Eddie Hearn has named Andy Ruiz and Alexander Povetkin as desirable opponents for Dillian Whyte next fight, so we weigh them up
Matchroom have a pretty large stake in the increasingly exciting heavyweight scene and rotating all the puzzle pieces must be quite a nice challenge to have. Unified heavyweight champion Anthony Joshua will next face either Kubrat Pulev or Matchroom’s Oleksandr Usyk, who could still meet that company’s Dereck Chisora before his title tilt. Elsewhere, the likes of Michael Hunter and Hughie Fury jostle for position. But the man many rank as the fifth best heavyweight in the world wants to return in April and will need a dance partner. So following a hard-fought win over Mariusz Wach in Saudi Arabia last month, who is in the running for Dillian Whyte next fight?
Matchroom boss Eddie Hearn recently referenced everpresent Russian veteran Alexander Povetkin and recently deposed surprise champ Andy Ruiz Jr as options for Whyte. Which one makes more sense and which, if either, is more likely to happen?
Having given Joshua problems last year, before ultimately being stopped in seven, the Russian followed up with a clear victory over Hughie Fury in July. The ex-WBA titlist had positioned himself as a leading contender once again, but Povetkin looked rather fortunate to receive a draw versus Hunter on the big Diriyah bill. That removed some of the shine but "Sasha" remains a top 10 heavyweight and his one-paced, albeit crafty, pressuring style would suit Whyte who prefers to mix things up. Povetkin may feel if he waits around a bit longer he will get his chance as the belts separate from AJ, but that approach has not worked out so well for Whyte. This looks the likelier probability.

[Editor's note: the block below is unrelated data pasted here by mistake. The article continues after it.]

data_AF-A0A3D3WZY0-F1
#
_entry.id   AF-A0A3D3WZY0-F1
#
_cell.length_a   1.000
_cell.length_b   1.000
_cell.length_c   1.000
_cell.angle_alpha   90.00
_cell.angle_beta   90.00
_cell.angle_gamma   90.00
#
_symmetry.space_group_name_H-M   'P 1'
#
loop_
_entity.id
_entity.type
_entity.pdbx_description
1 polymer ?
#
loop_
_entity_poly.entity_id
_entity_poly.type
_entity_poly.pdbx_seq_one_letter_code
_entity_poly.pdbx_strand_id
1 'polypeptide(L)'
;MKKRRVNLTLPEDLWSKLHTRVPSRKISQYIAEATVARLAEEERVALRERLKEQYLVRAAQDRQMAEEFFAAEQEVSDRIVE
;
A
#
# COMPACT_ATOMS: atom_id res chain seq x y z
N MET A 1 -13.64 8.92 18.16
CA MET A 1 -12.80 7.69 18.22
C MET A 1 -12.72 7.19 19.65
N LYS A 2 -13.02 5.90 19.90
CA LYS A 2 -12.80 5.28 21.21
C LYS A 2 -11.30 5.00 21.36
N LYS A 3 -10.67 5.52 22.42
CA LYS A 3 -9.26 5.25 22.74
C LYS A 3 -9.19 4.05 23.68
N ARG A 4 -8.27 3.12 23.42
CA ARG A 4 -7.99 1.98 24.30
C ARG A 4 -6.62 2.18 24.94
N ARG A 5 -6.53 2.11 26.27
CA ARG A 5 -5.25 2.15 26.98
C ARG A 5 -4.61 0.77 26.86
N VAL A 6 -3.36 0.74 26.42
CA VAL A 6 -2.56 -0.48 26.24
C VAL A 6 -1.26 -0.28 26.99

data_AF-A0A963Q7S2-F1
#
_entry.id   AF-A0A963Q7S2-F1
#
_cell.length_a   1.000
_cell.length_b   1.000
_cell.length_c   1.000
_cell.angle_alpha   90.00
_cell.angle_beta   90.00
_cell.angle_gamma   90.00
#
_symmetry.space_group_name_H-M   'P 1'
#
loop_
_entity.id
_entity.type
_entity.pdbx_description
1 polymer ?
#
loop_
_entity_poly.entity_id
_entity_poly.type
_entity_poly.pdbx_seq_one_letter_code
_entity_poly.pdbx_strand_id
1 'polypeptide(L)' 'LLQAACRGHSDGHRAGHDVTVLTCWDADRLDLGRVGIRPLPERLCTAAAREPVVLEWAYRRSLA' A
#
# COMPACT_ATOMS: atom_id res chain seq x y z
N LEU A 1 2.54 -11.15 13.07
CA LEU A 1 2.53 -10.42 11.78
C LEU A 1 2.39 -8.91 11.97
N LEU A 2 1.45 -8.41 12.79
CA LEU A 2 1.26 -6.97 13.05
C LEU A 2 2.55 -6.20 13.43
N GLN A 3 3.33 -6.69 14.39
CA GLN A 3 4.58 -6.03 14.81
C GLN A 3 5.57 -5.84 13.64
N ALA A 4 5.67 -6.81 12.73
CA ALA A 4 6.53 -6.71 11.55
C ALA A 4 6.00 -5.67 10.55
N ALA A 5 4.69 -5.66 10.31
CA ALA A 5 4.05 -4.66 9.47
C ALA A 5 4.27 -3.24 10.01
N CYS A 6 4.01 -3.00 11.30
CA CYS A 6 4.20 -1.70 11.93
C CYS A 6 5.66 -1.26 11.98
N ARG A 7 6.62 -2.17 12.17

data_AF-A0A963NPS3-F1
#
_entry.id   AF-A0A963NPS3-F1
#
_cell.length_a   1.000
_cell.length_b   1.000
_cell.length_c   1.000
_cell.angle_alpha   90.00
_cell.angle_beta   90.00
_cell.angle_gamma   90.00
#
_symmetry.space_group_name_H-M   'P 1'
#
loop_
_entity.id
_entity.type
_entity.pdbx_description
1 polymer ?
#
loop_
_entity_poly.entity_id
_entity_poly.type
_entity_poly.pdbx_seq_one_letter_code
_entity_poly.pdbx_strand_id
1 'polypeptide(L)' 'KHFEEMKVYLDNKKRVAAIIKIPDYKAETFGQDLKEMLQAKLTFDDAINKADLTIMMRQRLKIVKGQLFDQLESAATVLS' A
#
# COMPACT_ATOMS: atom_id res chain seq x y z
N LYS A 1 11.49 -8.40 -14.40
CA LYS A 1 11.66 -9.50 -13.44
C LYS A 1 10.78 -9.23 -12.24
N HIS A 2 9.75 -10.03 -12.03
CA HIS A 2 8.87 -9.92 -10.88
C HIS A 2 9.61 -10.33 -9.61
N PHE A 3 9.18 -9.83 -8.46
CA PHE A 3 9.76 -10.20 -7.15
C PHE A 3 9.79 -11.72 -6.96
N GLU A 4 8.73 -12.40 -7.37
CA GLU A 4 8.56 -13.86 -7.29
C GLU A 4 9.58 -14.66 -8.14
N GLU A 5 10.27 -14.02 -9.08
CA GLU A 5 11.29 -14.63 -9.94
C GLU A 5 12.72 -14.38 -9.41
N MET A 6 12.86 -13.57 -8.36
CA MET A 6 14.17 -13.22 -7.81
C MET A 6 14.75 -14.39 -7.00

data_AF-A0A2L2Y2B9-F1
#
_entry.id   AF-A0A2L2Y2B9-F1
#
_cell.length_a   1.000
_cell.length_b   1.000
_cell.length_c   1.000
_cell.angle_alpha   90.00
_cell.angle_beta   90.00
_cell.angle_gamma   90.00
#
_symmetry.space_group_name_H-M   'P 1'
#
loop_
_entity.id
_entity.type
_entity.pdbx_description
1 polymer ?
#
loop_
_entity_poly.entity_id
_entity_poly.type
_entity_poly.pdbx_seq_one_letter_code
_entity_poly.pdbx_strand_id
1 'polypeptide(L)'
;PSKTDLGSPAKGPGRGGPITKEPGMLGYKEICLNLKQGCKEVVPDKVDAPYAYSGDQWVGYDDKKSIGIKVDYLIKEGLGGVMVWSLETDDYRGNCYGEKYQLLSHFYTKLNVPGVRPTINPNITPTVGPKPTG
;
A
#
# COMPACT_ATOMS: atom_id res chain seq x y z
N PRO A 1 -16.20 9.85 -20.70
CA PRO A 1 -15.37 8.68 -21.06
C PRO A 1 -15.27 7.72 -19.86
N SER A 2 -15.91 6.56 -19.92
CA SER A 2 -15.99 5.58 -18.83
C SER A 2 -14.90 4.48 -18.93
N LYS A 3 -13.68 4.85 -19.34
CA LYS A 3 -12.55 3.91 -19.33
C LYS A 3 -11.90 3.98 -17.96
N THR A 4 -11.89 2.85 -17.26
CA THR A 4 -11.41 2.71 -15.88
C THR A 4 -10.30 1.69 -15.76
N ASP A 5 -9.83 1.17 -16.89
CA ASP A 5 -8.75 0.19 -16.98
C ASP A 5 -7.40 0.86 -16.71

Andy Ruiz Jr
Hearn has already conceded that the Mexican-American’s team are unlikely to fancy a Whyte spring. His conditioning going into the Joshua rematch, and performance therein, has attracted widespread, justifiable criticism and if the riches garnered from his initial upset triumph have not totally blunted Andy’s competitive edge, he will want redemption. A win over Whyte would also put him right at the front of the contender queue and in pole position for a trilogy fight with AJ, a shot at WBC king and PBC stablemate Deontay Wilder or a crack at a vacant strap. The flip side to that of course is that a second loss on the spin would torpedo any lingering momentum and place Ruiz back among the rabble. If he came in shape, the fast-handed, aggressive former champ could give Whyte a real battle, and a fun one to watch, but this does seem the outside bet.